Can you explain in much more detail what you mean by a "literal translation"?
I can tell you that using the common usage of the words "literal translation" among at least some (and I think most) translators they will tell you that a "literal translation" is impossible and only produces unreadable and partially incomprehensible output.
I agree that it is near impossible to attain a literal interpretation of the Bible. This is due to the differences in syntax and grammar between different languages especially languages separated by both time and by distance. In addition there is always a loss or corruption of meaning when translating between languages. The further languages are away from each other linguistically both temporally (by time), spatially and culturally the higher the rate of corruption in meaning is going to occur when translating from one language to another.
Here is an example (from this online Hebrew interlinear Bible
. In this example I will put the original Hebrew on the top, the phonetic translation of Hebrew letters into English letters, and its direct word for word translation into English-equivalent words (spaced for readability purposes only). Genesis 1:1-2 states in Hebrew (I transposed the Hebrew words in the left to right order versus its normal right to left order to help in translation [it is closer linguistically to Chinese than it is to English]) :
. , , — ‘ , ‘
b”rashith bra aleim ath e”shmim u”ath e”artz
in-beginning he-created Elohim the-heavens and the earth
; —- , , ‘ ,
u”e”artz eithe theu u”beu u”chshk ol -phni theum
and”the”earth she-became chaos and”vacancy and”darkness over surfaces-of abyss
. —- , —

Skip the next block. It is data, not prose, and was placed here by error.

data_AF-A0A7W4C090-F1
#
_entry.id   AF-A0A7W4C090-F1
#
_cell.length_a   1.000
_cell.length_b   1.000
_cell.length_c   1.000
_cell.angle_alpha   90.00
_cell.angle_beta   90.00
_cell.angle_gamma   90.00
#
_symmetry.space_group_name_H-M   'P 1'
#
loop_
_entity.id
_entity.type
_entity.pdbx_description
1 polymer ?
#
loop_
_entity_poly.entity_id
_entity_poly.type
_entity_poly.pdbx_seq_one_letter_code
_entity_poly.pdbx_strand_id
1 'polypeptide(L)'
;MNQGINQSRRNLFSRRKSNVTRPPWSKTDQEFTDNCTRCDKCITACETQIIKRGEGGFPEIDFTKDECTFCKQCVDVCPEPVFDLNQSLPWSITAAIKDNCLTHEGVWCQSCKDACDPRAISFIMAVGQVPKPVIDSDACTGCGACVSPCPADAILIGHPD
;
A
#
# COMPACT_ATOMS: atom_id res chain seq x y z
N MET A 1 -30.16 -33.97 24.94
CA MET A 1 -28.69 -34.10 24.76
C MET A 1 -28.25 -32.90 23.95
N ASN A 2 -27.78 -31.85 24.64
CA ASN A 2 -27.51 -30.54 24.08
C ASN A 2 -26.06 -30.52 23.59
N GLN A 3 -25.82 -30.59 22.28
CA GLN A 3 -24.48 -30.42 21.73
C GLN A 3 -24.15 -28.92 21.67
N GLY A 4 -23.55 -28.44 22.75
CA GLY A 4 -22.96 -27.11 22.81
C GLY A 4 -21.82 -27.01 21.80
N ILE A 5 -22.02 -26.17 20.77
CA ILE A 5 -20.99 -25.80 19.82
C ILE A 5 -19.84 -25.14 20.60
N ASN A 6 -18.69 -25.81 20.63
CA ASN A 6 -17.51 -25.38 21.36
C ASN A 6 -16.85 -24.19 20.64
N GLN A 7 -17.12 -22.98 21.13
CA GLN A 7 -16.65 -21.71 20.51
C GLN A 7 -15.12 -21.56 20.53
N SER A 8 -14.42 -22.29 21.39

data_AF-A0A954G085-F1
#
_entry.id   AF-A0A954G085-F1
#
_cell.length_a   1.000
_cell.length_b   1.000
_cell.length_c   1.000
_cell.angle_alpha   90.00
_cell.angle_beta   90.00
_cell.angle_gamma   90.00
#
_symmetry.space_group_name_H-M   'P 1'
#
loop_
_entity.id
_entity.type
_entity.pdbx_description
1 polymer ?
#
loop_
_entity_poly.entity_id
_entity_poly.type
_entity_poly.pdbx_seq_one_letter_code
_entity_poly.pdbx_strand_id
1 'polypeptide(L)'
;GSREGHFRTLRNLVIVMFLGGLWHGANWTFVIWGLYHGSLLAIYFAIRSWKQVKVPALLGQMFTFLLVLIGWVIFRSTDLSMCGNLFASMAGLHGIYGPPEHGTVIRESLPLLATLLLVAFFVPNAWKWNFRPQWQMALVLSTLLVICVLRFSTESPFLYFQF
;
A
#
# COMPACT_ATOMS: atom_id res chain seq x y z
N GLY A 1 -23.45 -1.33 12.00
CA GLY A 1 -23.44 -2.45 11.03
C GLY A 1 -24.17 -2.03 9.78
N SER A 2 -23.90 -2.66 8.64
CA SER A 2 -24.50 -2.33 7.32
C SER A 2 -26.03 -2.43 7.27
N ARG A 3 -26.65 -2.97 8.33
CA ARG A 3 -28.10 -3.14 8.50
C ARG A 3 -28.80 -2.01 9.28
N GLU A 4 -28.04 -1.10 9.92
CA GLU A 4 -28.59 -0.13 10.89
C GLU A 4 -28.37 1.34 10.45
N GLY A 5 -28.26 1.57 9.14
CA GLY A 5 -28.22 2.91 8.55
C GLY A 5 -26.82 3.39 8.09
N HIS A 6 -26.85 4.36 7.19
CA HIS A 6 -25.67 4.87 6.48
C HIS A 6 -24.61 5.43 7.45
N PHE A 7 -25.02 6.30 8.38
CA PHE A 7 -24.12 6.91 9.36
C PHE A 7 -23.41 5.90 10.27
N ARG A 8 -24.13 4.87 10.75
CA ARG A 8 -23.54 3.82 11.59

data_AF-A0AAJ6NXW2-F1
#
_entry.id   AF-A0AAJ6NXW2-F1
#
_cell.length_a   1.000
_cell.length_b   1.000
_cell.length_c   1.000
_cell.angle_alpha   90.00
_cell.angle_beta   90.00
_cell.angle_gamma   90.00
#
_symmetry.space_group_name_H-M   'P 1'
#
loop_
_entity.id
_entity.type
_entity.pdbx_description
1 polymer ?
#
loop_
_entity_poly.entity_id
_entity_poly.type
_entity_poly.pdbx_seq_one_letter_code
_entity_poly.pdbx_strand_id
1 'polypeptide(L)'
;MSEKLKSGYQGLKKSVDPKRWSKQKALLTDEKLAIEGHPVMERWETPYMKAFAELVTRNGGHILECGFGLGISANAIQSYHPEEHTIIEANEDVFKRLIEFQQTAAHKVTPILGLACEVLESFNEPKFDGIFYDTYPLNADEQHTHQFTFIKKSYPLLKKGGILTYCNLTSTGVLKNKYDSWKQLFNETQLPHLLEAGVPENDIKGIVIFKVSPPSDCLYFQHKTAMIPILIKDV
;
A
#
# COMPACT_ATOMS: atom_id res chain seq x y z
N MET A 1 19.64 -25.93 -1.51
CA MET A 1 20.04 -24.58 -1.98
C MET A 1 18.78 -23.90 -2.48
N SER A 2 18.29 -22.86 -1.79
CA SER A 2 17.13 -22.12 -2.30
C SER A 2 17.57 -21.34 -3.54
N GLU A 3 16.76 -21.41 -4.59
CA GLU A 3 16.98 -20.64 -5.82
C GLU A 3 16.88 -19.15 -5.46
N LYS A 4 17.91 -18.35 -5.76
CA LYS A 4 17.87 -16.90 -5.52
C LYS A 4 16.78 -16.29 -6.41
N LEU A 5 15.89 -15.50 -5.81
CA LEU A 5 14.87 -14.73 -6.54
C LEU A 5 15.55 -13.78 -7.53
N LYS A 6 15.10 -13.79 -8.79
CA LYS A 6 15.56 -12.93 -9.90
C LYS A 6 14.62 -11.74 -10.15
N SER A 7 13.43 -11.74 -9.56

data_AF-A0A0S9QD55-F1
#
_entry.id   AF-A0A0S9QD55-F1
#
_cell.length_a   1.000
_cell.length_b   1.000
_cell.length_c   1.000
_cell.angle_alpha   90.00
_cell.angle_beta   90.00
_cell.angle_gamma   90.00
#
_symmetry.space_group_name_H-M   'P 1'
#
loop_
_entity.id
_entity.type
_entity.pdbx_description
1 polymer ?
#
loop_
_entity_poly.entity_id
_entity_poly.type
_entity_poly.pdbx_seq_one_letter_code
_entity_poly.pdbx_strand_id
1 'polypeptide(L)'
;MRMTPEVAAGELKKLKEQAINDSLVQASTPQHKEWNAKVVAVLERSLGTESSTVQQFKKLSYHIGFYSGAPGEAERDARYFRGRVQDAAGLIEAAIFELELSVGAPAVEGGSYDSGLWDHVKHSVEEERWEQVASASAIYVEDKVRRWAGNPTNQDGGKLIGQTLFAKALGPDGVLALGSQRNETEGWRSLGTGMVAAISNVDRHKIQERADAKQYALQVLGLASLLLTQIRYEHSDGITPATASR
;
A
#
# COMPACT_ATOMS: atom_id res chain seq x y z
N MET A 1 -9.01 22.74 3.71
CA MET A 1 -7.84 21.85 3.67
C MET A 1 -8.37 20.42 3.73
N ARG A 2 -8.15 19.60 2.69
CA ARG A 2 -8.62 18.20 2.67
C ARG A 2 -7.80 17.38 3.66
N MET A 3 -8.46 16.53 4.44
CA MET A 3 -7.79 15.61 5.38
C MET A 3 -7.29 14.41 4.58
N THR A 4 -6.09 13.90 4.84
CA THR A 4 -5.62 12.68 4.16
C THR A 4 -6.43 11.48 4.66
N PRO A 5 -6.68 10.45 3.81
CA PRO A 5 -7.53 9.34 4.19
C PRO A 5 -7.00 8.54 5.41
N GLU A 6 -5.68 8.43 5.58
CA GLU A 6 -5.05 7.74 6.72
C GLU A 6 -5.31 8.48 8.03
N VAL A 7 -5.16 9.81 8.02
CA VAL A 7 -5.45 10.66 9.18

u”ruch aleim mrchphth ol -phni e”mim
and”spirit-of Elohim vibrating over surfaces-of the”waters
Repeated in literal order Genesis 1:1-2:
Literal translation of Genesis 1:1-2 writes:
In beginning, he created Elohim the heavens and the earth.
and the Earth, she became chaos and vacancy, and darkness over the surface of abyss;
and spirit of Elohim vibrating over surfaces of the waters.
Compare this to the following "literal translation":
King James Version writes:
In the beginning God created the heaven and the earth
And the earth was without form, and void; and darkness was upon the face of the deep. And the Spirit of God moved upon the face of the waters.
New American Standard Bible writes:
In the beginning God created the heavens and the earth. The earth was formless and void, and darkness was over the surface of the deep, and the Spirit of God was moving over the surface of the waters
There is evidedently some loss of meaning here, would you not agree?
BTW, anyone else see the similarity between aleim (elohim) and alah?? Anyone, anyone!?! They both come from the same Semitic root words "al" meaning "the" and " ilah" meaning "God", the root "im" in aleim (elohim) denotes plurality when this "im" ending is dropped the two names of God are pretty much synonymous.
The New Encyclopaiedia Britannica, Micropaedia, Vol. III, 15th Edition, p. 863 writes:
Elohim, the plural of the Hebrew word eloha, "god," a lengthened form of the Canaanite word el (Aramaic alaha; Arabic ilah), is most frequently used for the God of Israel in the Old Testament. . The Israelites probably borrowed the Canaanite plural noun elohim and made it singular in meaning in their cultic practices and theological reflections
For me, it is far better to grasp the Universe as it really is than to persist in delusion, however satisfying and reassuring.
Dr. Carl Sagan